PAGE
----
Against All Odds, AI Is Owning Humans At A Poker Tournament


Tom Hale

Tom is a writer in London with a Master's degree in Journalism whose editorial work covers anything from health and the environment to technology and archaeology.

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"Can't read my, Can't read my, No he can't read my poker face..." maxuser/Shutterstock

Flesh-and-bone poker players in the US are currently in the midst of a tournament of Heads-Up, No-Limit Texas Hold’em against a game-playing artificial intelligence (AI). Much to the surprise of the humans, however, the assumed underdog AI system is winning. 

The poker-playing computer is known as Libratus and was developed in the computer science lab at Carnegie Mellon University in Pittsburgh, Pennsylvania. The test began on January 11, when it was pitted against four professional poker players in a “Brain Vs AI” poker tournament at River Casino, Pittsburgh. Over a 20-day period, they will play 120,000 hands in a series of no-limit Texas Hold ‘em games via computer screens. 


“We’re so good at poker that not even a supercomputer can beat us. If we lose, we will also lose that prestige,” professional player Jason Les confidently told New Scientist before the kick-off.

However, so far, it looks like Libratus is crushing the humans. The most recent update at the time of publishing this article shows that the computer is up $471,600, with 40,340 hands dealt.

Check the video below for the very latest update. You can watch a live stream of the games on Twitch each day between 11am until around 7pm local time.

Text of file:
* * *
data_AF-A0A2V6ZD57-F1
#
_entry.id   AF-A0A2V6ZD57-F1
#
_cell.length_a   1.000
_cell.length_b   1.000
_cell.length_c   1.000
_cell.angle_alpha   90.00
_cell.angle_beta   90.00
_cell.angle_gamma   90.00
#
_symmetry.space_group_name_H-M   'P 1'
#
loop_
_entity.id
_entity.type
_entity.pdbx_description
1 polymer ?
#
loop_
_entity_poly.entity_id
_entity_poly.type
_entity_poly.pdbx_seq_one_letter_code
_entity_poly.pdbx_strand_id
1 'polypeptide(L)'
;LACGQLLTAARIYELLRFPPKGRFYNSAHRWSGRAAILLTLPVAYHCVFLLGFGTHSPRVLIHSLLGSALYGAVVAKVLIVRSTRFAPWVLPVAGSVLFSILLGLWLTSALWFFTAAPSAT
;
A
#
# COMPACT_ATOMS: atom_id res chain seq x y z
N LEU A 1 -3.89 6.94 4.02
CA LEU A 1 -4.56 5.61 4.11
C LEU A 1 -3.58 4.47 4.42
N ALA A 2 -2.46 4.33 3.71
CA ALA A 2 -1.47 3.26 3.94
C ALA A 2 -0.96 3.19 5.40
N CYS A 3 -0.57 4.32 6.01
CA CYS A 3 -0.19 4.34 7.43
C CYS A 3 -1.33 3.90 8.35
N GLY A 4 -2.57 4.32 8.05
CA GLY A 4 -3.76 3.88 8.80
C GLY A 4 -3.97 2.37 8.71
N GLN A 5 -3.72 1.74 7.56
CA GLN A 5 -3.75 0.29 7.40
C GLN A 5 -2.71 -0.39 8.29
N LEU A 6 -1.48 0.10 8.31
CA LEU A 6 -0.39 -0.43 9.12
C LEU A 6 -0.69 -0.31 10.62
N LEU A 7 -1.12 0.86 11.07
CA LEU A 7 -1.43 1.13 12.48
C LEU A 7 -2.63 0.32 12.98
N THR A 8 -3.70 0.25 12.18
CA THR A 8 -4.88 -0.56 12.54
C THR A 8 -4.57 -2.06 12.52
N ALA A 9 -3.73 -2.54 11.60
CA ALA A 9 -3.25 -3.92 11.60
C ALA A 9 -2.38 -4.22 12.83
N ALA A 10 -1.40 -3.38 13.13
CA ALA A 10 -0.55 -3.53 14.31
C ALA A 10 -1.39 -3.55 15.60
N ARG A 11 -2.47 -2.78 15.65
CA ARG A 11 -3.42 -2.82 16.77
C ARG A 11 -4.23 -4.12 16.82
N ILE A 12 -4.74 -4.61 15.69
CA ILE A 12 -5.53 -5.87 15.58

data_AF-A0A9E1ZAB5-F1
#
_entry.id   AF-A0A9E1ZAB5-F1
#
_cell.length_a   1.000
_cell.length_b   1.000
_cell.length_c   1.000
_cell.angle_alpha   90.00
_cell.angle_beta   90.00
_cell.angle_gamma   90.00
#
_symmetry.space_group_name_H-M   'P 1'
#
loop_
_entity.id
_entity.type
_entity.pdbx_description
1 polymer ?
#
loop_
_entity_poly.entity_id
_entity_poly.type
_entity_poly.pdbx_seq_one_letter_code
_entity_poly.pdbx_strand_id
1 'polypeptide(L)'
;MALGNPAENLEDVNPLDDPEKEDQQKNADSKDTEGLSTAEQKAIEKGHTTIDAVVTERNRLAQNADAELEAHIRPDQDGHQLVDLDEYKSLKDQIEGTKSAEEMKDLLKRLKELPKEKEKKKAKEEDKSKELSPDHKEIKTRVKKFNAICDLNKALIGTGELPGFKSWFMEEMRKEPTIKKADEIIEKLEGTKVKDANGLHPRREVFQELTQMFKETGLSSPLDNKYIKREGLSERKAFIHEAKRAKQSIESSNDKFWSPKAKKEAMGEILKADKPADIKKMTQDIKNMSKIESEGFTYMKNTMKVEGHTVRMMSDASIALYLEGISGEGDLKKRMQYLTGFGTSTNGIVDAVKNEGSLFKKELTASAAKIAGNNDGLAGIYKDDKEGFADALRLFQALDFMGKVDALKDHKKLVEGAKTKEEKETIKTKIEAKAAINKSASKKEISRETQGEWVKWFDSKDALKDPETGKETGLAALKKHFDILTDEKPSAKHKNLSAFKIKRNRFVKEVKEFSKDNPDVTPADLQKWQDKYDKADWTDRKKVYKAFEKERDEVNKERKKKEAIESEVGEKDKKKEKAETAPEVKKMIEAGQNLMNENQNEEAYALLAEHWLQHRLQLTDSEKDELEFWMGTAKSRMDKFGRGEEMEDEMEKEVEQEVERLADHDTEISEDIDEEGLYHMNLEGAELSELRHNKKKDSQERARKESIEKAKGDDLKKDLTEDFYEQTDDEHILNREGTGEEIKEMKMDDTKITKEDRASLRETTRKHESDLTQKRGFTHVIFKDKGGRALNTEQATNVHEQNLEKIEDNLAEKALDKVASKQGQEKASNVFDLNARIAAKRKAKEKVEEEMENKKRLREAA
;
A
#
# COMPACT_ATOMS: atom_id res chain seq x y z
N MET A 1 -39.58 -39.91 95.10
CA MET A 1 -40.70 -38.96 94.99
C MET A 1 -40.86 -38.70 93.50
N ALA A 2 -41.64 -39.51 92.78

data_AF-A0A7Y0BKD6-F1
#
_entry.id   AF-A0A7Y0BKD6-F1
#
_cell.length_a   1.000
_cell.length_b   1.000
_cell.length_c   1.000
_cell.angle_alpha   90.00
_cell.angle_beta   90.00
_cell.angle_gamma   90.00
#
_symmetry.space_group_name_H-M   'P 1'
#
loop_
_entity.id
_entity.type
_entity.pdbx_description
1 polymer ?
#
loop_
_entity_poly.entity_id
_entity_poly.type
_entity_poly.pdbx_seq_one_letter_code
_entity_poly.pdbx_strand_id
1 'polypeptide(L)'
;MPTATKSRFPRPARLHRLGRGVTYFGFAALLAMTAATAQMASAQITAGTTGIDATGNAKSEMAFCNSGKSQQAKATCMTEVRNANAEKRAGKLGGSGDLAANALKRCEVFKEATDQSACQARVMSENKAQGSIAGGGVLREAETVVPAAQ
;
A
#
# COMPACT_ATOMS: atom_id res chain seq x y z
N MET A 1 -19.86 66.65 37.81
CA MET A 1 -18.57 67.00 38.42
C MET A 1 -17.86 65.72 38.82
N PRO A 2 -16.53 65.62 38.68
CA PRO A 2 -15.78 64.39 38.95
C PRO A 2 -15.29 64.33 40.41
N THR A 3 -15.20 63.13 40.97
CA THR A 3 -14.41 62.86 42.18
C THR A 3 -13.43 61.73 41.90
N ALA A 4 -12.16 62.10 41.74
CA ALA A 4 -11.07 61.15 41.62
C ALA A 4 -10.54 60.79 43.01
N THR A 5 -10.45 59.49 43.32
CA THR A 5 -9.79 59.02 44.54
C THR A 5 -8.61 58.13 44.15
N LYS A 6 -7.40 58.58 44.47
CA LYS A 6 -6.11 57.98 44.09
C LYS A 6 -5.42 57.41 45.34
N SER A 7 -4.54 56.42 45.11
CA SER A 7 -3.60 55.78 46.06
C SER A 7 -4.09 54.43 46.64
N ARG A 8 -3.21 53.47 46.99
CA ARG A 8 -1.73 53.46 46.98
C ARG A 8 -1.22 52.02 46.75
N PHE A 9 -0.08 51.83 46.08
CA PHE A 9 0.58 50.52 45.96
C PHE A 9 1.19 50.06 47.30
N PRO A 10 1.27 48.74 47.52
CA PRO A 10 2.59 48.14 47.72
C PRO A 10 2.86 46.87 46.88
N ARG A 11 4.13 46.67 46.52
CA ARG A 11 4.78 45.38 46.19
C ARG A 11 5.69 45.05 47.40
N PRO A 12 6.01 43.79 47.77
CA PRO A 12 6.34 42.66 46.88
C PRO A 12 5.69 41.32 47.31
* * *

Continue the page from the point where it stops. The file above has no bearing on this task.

Although the AI is storming the competition at the moment, it hasn’t been completely clear sailing. According to Business Insider, day one saw Libratus up by $82,000, day two up by $150,000, and day three up by $193,000. But then after day four, the humans made a comeback and the AI’s wins fell to $151,000. Day six saw the machine’s coffers fall further to just $50,500 before it made its own comeback.

As testament to how far artificial intelligence has come, a team of top poker plays managed to swiftly defeat the machines in 2015’s competition, eventually winning with a combined total of $732,713.

Playing humans at their own games is a long-established tradition of computer science, regularly used to mark the milestones of how far the technology has come. The most recent of these landmark battles saw Google’s AlphaGo playing humans at the ancient Chinese game of Go, which the AI won.

Poker is now being called the “last frontier” for game-solving AI, as it is a game of bluffing and imperfect information, something computers aren't typically known for. 


“There’s been a lot of success in these perfect information games [such as Go and chess]. Real world situations deal with hidden information, deal with uncertainty. That’s the kind of situation that poker really represents,” Noam Brown, one of the researchers on the project, explains in the video below.

"If you try and take AlphaGo, and make it play poker it wouldn't know how to bluff and it would be very easy to beat. And that is because a game like Poker and a game like Go are fundamentally different. When you introduce the element of uncertainty it changes the dynamic completely.”


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